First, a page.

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I'm making an air conditioning scheduler website for school. A user will be able to add a temperature and humidity setting for any of the 30 minute intervals throughout the day, for seven days of the week. For example, a user will be able to say that on Sunday, at 3:30 PM, they want the cooler (rather than the heater) to cool their home down to 70 degrees and a humidity index of 50 for 15 minutes. I could use advice setting up a MySQL table (or tables) to handle such commands. It's not the individual variables for all the potential settings I'm worried about, but rather handling all those times for all seven days.

So far I am thinking of having one big table called Scheduler which would handle the entire week. The day AND time slots for the seven days of the week could go into a VARCHAR column called time_slot, and would have both the day and the time slot in military time. For example.

time_slot (a VARCHAR column)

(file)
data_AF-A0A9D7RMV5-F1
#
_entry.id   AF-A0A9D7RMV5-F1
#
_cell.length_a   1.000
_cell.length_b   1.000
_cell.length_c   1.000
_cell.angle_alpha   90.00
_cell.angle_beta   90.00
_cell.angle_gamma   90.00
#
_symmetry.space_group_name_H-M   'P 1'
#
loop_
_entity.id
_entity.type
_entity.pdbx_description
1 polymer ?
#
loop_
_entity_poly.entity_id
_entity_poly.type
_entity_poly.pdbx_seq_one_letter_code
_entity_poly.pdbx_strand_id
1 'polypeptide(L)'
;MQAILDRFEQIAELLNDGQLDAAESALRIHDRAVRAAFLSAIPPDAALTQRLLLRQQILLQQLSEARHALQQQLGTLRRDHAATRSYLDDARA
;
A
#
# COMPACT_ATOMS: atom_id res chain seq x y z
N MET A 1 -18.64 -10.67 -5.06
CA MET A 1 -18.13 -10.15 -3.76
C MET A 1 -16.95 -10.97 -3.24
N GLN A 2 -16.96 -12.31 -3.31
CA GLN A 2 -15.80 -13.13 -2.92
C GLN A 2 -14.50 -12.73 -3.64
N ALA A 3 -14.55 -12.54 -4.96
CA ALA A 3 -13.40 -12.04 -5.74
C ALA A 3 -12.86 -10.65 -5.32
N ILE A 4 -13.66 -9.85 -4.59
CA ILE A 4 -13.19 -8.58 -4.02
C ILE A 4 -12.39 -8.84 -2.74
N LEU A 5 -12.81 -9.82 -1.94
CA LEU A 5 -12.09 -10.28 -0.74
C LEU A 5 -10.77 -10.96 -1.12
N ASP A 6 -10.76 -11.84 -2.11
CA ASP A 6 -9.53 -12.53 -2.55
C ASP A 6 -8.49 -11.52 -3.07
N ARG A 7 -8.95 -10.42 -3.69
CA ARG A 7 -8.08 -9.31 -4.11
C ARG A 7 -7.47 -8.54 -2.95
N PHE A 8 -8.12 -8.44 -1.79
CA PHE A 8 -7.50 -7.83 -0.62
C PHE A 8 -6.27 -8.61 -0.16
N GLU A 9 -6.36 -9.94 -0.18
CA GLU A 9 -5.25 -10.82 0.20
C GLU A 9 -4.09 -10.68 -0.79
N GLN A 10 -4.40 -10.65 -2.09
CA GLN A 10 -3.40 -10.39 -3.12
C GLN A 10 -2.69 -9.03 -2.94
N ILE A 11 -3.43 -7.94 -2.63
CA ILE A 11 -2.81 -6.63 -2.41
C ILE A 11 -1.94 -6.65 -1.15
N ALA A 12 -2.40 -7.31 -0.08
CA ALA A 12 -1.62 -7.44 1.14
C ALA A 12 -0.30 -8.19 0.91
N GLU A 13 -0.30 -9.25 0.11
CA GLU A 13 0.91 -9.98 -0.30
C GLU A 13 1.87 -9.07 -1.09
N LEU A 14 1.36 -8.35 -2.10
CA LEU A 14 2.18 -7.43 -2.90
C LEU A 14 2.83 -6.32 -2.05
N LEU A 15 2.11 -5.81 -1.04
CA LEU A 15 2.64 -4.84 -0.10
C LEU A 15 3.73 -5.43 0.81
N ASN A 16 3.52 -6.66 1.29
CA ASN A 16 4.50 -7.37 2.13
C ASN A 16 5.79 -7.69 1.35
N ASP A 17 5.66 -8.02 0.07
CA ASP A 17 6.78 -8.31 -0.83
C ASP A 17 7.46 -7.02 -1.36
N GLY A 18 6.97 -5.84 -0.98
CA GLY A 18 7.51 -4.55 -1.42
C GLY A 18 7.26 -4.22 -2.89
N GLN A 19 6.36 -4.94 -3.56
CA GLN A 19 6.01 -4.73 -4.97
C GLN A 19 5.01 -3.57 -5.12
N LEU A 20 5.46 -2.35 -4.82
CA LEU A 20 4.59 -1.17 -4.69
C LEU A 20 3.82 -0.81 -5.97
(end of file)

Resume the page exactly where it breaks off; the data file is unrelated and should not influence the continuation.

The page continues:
sunday_0000 (this is sunday at midnight)
sunday_1630 (this is sunday at 4:30 pm)
sunday_1130 (this is the final possible sunday time slot at 11:30 PM)
monday_0000 (this is the start of monday)
(continue for all seven days)

the remaining columns for the table would be all the necessary settings a user could put, as well as a duration from 30 seconds to the full 30 minutes before the next potential time slot. Does anyone have any ideas for a more efficient MySQL table? Perhaps something that gives each individual day it's own table?

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Will your application be managing multiple sets of this data or just one? If multiple, how will the sets be keyed (user_id, room_id, house_id or similar)? –  nnichols Mar 13 '12 at 9:39
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1 Answer 1

You may want to consider having multiple columns, using TINYINT for day (1-7) and TIME (00:00-23:59). This way one could set the time for each days individually or all at once.

e.g. UPDATE scheduler set ... where TIME = '12:00';

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Or 0-6 as MySQL's WEEKDAY() function uses this numbering. –  ypercube Mar 12 '12 at 21:12
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